Ryback usually lets his physique and his strength speak for him, but when you talk to him about his career and his thoughts on the wrestling business, he’s quite the chatterbox. In our short conversation, we covered everything from why he likes the crowd at Raw after WrestleMania to baseball.

Ryback at Extreme Rules on Sunday. Photo by Ricky Havlik, RickyHavlik.com

He is an interesting character. Known for being a strong guy who shellshocked so many WWE Superstars in recent years, one might be surprised to learn that not only can Ryback do a fallaway slam, he can also hit a grand slam.

Baseball was always part of Ryback’s childhood, back when he was Ryan Reeves.

One of his uncles is Randy St. Claire, a retired Major League Baseball pitcher, who played for five teams, including the Montreal Expos and Toronto Blue Jays, before moving into coaching. Another uncle played minor league baseball and his grandfather, Ebba St. Claire, was a catcher for the Boston/Milwaukee Braves and the New York Giants in the 1950s.

As a kid, Ryback was no stranger to the big baseball stadiums, including the Big O, Montreal’s Olympic Stadium.

“I remember being a kid and my mom is from Whitehall, New York, and I remember a couple of times coming down to Montreal for baseball games. I was really young, but I still remember those trips,” he told SLAM! Wrestling.

“When my uncle Randy was on the Triple A circuit with the Las Vegas team as a coach, he would bring me to the stadium down there and pitch to me. I get to take batting practice and I thought it was such a cool experience to be a little leaguer and to step foot on a pro field. It was an incredible experience. With the Cincinnati Reds, my uncle used to roommate with Rob Dibble,” he added, obviously proud of what Uncle Randy accomplished.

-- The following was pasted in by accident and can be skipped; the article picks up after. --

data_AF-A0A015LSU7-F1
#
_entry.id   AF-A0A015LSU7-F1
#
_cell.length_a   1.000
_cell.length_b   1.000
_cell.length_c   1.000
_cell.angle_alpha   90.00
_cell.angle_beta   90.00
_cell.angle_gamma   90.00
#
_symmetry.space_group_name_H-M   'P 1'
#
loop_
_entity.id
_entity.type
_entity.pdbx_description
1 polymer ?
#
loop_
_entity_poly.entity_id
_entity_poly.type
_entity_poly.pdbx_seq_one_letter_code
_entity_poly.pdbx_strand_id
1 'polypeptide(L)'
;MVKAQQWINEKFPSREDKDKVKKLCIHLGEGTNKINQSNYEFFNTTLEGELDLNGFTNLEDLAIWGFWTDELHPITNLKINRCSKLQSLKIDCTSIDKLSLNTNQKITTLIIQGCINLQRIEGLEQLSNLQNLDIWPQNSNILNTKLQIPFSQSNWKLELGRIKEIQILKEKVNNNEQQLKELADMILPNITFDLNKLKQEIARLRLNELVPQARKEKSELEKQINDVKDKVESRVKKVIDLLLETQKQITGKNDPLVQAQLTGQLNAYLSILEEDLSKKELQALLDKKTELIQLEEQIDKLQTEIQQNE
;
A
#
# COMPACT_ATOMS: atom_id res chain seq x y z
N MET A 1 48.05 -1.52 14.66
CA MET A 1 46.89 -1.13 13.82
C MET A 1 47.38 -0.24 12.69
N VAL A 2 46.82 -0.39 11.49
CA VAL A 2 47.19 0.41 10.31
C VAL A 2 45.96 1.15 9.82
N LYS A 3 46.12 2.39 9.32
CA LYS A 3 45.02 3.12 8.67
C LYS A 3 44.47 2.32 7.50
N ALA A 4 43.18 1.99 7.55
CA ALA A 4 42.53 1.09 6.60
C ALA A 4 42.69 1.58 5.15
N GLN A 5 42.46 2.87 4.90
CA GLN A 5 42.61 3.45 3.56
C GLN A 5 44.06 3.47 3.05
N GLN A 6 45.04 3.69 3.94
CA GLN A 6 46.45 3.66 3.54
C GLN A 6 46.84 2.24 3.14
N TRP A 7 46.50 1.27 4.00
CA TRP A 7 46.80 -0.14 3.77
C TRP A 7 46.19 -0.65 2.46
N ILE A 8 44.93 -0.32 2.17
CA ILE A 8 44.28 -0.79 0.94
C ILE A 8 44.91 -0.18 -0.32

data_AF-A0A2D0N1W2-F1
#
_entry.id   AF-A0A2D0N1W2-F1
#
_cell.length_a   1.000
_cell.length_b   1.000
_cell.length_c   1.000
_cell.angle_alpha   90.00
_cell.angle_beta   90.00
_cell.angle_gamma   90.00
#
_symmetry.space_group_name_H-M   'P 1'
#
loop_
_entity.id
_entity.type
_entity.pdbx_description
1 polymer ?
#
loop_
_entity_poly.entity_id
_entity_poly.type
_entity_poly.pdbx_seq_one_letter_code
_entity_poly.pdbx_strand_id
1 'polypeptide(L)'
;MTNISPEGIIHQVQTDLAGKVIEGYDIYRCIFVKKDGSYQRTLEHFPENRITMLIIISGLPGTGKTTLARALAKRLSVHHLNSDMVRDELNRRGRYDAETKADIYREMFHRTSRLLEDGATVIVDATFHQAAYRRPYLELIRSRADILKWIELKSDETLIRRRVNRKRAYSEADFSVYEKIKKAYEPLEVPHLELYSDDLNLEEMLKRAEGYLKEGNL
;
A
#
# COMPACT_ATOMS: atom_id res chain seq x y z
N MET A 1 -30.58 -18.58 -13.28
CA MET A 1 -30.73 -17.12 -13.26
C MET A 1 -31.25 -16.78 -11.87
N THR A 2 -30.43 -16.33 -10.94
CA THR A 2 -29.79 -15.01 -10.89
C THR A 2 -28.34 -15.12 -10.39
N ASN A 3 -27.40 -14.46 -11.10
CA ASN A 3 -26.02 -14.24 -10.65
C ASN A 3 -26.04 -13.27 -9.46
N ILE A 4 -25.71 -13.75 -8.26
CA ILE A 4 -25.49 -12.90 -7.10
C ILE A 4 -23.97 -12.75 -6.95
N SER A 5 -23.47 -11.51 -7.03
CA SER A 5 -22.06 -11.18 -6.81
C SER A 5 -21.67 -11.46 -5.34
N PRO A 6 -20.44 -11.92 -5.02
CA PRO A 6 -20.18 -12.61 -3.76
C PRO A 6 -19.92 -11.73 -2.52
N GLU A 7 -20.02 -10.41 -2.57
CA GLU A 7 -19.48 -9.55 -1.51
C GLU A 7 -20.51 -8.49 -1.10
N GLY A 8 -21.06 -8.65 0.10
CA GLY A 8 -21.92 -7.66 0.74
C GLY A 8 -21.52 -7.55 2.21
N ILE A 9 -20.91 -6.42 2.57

Following in his family’s footsteps, he started playing baseball at a young age and played high school and college baseball as well. But a broken leg put a stop to his baseball career. As with many kids born in the 1980s, he was also a pro wrestling fan growing up, although his love for it was much different than his love for baseball.

“Baseball was one of those things that was introduced to me when I was four years old, even maybe sooner. It was never forced upon me but it was one of the first skills that I learned, athletic-wise, sports-wise and it kind of just stuck with me,” Ryback explained.

“As I got older, I just loved WWE, I loved wrestling, but to me that was always a dream. Baseball was something that was really realistic to me because it was something I was doing at the time. With wrestling, it was really hard being a kid and say, ‘Oh I’m gonna be a WWE wrestler someday,’ because I wouldn’t even know where to start at that time, what I would have to do to go through with all that. Baseball was my first experience with athleticism and I loved it growing up.”